The Beast Review

The Beast
The Beast
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At the very beginning of The Beast, an odd time-jumping dystopic half-drama/ half-satire by Bertrand Bonnello that takes its cue from many other things including but not limited to a couple’s perpetually disastrous relationship, Léa Seydoux is instructed to scream. An actress shooting a movie in the mid-2010s on set and on green screen using a knife against some invisible “beast,” is acted by her director. Off-screen, the emotions needed for her role are described: feelings of impending misfortune, despair, or any possible future termination. These are things we have now become familiar with in this 21st-century era of environmental disaster looming large over us, male brutality, and new technologies such as AI poised to take away jobs in their entirety. However, even though Bonnello’s newest work is just as timely as the others he has done recently, its central metaphor is too obvious and heavy-handed thereby losing any value.

The film takes place over three different times. In 1910 Seydoux plays a French aristocratic woman being courted by George MacKay’s flirty Englishman who persuades her to abandon her boring marriage for him on the day before Paris turns into soup due to a weather change of some sort. In 2014 Seydoux plays a struggling actress who has moved to Los Angeles and whose friendship with another starving artist brings her to the attention of a potentially violent incel (also played by MacKay) who sits in his car making videos about why girls should want him.

Finally, for example, it portrays a world where human life has come under full control of artificial intelligence, and humans themselves opt for medical procedures that can “cleanse their DNA” without bothering about these messy emotions anymore during depression which forces Gabrielle (the role played by Lea Seydoux) into agreeing to participate in them hence leading her through a psychic trip down memory lane and into the experience of her previous incarnations. In between, she meets a man called Louis (MacKay once more) who she seems to recognize.

On the surface, all this sounds fantastic. It’s very, very loosely based on Henry James’ superb novella The Beast in the Jungle which contains one of the most fatalistic parables about wasted time and with an ending that is as brutal as it gets in literature. This is Bonnello himself also known for his 2022 film Coma which was one of the few good “quarantine movies” and who went on to mix humanity, empathy, and brutality equally in his Nocturama (2016), a teen drama about terrorism. But while there are admittedly still some imitable tonal risks taken by this film just like its predecessors, so much of what follows after these feels too predictable.

There really isn’t anything new here. This includes borrowing heavily from both Cloud Atlas by Wachowskis with its Matroishka-like chronology and Jean Luc Godard’s Alphaville featuring an AI-controlled world; while a tragic moment near the end mirrors Twin Peaks: The Return. Some bits during the 2014 part especially have MacKay (purposefully) quoting Isla Vista shooter Elliot Rodger’s manifesto as he rants away. Basically, though, The Beast is powered mostly by stale clichés about Relationships Between Men And Women that already seem passé. How many times we have gone back to someone we shouldn’t have — we’ve all made that mistake before, haven’t we? What if we’re trapped in Groundhog Day but for relationships?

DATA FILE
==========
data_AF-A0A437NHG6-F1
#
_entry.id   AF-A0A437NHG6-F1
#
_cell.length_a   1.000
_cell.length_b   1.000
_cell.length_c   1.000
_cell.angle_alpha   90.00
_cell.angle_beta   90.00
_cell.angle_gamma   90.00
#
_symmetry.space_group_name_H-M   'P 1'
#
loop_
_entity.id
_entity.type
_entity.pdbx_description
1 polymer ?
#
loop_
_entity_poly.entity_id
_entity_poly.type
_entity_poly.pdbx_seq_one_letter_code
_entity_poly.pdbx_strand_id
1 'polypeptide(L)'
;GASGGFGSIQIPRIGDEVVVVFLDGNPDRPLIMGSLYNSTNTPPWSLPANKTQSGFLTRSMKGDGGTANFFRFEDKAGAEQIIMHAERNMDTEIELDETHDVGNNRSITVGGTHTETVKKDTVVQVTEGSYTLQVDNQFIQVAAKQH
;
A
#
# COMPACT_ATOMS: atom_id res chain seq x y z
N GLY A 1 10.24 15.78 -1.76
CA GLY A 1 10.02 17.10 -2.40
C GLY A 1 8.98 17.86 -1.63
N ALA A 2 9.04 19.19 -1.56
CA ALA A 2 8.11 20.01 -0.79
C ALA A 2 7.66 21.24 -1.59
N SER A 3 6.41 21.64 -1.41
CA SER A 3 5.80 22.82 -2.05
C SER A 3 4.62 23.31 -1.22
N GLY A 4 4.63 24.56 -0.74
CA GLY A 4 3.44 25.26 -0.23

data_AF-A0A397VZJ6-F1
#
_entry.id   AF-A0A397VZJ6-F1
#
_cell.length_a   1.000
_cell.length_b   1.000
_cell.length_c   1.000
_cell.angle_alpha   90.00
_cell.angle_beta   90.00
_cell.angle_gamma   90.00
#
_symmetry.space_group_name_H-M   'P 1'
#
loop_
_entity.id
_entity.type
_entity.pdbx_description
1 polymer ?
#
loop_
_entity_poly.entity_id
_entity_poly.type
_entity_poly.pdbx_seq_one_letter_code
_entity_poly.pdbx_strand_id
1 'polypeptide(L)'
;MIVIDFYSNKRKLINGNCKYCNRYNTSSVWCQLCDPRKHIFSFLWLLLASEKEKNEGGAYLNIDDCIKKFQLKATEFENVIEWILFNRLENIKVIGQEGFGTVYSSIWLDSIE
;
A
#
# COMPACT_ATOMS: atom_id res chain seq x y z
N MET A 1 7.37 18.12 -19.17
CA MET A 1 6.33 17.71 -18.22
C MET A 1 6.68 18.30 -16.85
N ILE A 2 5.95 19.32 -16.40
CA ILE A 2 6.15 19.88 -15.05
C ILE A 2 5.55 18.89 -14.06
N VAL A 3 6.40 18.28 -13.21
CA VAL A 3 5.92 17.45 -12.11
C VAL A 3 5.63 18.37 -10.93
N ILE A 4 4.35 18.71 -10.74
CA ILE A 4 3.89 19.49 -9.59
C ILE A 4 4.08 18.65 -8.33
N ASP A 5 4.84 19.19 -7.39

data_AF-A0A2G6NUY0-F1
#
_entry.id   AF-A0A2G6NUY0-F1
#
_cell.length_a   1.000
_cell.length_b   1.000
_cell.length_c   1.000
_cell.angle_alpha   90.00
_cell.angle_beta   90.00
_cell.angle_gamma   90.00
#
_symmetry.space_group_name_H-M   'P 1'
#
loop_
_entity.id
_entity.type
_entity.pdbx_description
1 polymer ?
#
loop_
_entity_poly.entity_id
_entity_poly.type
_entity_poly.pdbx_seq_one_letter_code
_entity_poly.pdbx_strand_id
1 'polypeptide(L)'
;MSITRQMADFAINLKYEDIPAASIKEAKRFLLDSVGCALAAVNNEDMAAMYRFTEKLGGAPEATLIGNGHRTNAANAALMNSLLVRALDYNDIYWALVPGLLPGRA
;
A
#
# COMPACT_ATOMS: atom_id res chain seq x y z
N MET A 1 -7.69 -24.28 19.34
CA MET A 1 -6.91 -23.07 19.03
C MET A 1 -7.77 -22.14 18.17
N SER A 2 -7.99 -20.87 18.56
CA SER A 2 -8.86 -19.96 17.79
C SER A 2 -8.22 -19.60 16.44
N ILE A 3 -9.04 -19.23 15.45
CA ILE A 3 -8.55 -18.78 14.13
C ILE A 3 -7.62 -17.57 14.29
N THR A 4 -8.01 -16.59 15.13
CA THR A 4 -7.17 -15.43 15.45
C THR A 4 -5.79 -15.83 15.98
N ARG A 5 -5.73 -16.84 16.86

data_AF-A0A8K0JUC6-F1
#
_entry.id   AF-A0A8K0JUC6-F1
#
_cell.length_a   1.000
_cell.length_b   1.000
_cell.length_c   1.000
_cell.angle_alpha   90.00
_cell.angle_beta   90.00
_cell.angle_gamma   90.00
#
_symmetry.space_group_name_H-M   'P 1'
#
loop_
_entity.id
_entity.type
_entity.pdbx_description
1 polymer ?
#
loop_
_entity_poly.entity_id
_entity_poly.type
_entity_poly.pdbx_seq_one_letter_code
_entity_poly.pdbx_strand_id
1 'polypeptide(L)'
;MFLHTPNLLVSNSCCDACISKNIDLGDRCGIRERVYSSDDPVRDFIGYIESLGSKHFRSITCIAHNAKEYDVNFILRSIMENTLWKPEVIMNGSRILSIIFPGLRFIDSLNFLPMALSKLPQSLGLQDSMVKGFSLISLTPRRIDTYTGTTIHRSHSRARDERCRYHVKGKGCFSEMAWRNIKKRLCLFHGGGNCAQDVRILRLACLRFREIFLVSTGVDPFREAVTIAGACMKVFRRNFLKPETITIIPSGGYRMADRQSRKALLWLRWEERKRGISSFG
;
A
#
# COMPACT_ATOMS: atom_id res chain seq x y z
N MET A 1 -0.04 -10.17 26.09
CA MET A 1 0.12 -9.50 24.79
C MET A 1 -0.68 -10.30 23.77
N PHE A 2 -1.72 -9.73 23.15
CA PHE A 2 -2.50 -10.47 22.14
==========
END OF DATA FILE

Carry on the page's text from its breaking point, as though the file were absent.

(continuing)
There is a movie within this movie or rather something good to focus on once you get over the rest of it. The idea of psychic time travel is a good one and The Beast employs it not only as a way to transport its characters from one era to another but also as an instrument for inserting bits of repeated dialogues that take up significance only at the climax of each section in order to form a domino effect that pushes the film towards its howling ending.

Seydoux fits just as comfortably into period bourgeois Parisian garb as she does outfits that could pass for those worn by TV commercial wannabes with jeans and boho tops, while her signature frosty demeanor merges seamlessly with the dark tones of the futuristic chapter. MacKay is actually mesmerizing playing out this obsessive incel-message-board fanatic, giving every line a stiff artificiality barely covering some deep-seated animal rage. Dasha Nekrasova from Red Scare now Dimes Square makes a couple of quick appearances channeling mid-2010s L.A. It girl.

It’s really difficult to say in summary what The Beast is all about. At some point, Seydoux cries out desperately, “We had it all and we fucked it up,” which could serve as some kind of summation for everything: tragic grandeur of yesteryears gone wrong; bright beginning turned into wasted hope; man’s progress ultimately defeated by soft yet undeniable technological domination. If only The Beast left the audience with something worth feeling emotional about before the machines take it all away.


Bertrand Bonello’s time-traveling odyssey contains much pleasure in watching two ill-starred souls meeting again and again across different timespans. By taking place in various settings, this offers an opportunity for its stars to flaunt their skills while working through metaphors and cliches that become increasingly obvious and exhausting as the film leads us toward its unavoidable finale. The various looming anxieties of The Beast want to make you scream, but ultimately it feels like a retread of things we’ve already seen.

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